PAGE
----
• Well, if you think about it, one would have to be extremely busy on election day to impersonate enough people to actually make a difference in an election. The greater danger of voter fraud lies in absentee ballots, where someone could theoretically falsify large numbers of ballots. But we have to be careful of putting restrictions on those since, as you well know, absentee ballots are used frequently by service members. It’s just frustrating for me that the people most affected by voter ID laws are (yet again) those who have the least clout. If there is any day where they should have equal standing with those of us who never have to worry about little things like photo ID, it’s election day.

  3. Voter fraud has been rampant within the past 10 years. Do a simple Google search on the matter and you will find TONS of articles with proof. Most of the fraud happens in voter registration. So showing that isn’t the solution either. It’s absolutely false information and a scare tactic perpetrated by the media regarding the poor and the elderly not being able to obtain an ID.

    Most states’ cost of IDs are less than $10. Even a homeless person could come up with that if they really wanted to. Not saying easily, but it is possible.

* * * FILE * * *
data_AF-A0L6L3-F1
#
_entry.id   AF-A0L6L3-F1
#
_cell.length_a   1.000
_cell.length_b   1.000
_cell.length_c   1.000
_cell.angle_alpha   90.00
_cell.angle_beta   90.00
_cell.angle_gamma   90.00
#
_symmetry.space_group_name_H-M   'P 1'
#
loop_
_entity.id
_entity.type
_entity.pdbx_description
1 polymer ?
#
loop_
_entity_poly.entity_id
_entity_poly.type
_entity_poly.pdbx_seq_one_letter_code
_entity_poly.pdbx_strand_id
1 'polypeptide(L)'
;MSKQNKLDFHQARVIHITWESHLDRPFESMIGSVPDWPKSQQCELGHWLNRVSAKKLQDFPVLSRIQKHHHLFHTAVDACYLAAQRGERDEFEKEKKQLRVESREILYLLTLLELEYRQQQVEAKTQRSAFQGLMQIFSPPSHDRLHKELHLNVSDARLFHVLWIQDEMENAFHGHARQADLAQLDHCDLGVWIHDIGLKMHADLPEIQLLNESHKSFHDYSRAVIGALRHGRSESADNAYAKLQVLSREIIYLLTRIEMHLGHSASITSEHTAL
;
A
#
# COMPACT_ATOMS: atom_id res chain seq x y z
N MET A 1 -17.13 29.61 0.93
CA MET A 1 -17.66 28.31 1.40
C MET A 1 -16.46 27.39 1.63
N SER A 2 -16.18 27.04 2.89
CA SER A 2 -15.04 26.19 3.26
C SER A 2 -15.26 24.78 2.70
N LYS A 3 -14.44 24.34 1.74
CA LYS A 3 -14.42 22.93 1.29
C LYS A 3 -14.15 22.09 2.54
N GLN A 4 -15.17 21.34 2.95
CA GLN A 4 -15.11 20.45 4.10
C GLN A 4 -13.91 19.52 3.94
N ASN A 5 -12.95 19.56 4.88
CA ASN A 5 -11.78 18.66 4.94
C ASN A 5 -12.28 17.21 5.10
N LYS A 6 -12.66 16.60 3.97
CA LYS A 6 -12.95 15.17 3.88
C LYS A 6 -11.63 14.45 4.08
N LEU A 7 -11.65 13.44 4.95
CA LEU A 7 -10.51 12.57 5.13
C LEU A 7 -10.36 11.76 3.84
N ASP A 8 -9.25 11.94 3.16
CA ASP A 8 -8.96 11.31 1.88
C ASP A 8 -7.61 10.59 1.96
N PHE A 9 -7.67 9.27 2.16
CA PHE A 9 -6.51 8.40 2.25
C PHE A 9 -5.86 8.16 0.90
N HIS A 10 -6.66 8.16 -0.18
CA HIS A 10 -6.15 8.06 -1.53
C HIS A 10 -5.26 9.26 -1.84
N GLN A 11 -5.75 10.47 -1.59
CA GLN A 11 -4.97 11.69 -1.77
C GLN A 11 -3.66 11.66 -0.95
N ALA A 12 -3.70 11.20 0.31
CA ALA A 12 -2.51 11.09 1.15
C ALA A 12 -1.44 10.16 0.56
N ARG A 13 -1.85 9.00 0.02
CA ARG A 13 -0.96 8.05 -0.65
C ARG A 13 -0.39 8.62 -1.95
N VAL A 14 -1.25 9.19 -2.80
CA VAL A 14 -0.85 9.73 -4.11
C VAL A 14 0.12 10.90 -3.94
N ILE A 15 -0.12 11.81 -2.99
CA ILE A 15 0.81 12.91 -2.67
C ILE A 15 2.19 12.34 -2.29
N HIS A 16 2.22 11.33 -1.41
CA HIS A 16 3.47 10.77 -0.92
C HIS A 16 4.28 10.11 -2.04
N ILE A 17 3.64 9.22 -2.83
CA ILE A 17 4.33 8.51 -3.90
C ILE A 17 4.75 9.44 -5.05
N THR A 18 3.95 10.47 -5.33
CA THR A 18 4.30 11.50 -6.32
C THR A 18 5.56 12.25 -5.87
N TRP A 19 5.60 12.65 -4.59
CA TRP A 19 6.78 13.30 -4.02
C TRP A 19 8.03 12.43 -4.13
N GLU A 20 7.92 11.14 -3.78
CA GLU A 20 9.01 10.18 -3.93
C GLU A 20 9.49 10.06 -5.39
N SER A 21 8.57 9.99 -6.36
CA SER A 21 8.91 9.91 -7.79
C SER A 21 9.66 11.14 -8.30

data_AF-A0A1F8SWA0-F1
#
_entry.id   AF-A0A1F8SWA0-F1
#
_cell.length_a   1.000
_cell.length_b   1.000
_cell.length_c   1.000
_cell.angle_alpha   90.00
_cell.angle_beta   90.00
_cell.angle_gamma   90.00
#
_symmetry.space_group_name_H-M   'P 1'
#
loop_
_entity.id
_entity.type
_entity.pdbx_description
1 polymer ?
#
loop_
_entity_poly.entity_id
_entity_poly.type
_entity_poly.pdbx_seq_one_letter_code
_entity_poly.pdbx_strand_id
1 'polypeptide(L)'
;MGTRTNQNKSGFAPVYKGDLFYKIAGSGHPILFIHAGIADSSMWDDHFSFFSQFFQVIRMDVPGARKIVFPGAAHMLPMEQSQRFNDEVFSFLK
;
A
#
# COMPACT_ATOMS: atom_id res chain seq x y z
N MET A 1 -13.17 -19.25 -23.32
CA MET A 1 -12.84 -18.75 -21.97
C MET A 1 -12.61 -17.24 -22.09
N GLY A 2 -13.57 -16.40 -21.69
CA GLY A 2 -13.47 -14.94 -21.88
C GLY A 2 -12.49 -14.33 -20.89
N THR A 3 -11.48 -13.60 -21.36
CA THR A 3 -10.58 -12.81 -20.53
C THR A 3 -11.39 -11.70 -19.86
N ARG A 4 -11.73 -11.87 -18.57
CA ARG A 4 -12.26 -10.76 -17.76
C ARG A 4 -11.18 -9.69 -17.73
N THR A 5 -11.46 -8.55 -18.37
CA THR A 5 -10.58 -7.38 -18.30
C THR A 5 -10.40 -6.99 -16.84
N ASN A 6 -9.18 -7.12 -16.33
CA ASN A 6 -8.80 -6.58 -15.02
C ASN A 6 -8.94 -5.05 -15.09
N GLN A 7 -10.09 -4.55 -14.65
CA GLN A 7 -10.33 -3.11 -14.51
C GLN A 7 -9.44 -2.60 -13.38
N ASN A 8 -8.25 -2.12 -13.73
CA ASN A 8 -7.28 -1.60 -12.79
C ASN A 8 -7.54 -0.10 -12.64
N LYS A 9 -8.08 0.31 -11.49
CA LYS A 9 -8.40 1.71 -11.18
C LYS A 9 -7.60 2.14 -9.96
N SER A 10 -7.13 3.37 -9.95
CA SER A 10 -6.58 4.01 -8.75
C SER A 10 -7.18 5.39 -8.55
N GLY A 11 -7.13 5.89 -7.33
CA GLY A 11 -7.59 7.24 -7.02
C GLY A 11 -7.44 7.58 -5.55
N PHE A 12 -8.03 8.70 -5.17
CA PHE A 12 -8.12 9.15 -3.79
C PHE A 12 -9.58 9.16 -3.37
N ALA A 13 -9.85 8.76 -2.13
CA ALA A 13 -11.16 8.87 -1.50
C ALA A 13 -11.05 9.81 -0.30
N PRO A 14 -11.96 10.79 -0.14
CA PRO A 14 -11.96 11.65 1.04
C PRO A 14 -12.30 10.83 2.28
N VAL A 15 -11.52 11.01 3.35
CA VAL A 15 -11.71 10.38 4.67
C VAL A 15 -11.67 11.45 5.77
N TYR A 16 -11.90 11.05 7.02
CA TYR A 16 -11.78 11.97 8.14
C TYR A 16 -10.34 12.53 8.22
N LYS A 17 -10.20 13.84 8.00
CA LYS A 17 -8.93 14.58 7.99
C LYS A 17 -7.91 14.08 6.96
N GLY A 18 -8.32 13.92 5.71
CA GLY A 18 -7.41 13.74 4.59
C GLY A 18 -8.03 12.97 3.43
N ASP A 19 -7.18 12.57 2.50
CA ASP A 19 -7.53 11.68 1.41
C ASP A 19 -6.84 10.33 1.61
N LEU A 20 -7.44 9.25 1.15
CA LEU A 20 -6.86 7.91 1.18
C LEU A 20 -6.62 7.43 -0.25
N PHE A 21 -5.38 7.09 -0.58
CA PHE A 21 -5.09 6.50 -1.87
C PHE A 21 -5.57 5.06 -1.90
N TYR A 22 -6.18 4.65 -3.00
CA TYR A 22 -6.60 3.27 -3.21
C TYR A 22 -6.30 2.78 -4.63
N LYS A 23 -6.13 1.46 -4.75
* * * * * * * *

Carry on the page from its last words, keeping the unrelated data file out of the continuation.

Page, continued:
It is unbelievable to me that someone could actually walk into my precinct and steal my vote! How about a fingerprint scan or something?

    • Hi Matt,

      It is a complex issue and I think it is something people talk about with a wink and a nod. I am suspicious of someone trying to take my vote as much as I would be if someone did it to a person I completely disagree with politically. Thanks for your insight and passion!

  4. I have worked as an election judge for the last 20 years, and I am absolutely in favor of voter identification. Identification is required to do just about anything in our society anymore. Open a bank account, cash a check, rent a house, apply for a job, register for school, buy a car, be admitted to a hospital, on and on, they all require id. It is true, as jtousey says, that all of those things are not guaranteed by the Constitution, but I don’t think that is the issue. IMO the issue is that voting is so much more that cashing a check or getting a Sam’s card. Voting is a privilege reserved ONLY for American citizens, so much the more should the vote be protected.

    • Ah, I love to hear your voice in this! Another one of my VERY non-milquetoast friends. I admit I am unaware of myriad issues and can’t figure out THE solution. It’s a burden in my heart as I try to see both sides. Thanks for sharing and giving me more to think about! ❤

  5. These are my final thoughts; I appreciate the discussion and the fact that it has been civil!

    As far as voter fraud goes, there are always allegations of fraud following elections. Always. But those allegations are very rarely substantiated. The voter fraud that *does* (rarely) happen is by people registering to vote illegally, NOT by people impersonating others. You would be extremely hard-pressed to find any examples of people pretending to be other people and voting for them. So while I totally understand your fears, forcing people to show ID will not prevent the kind voter fraud that has happened before.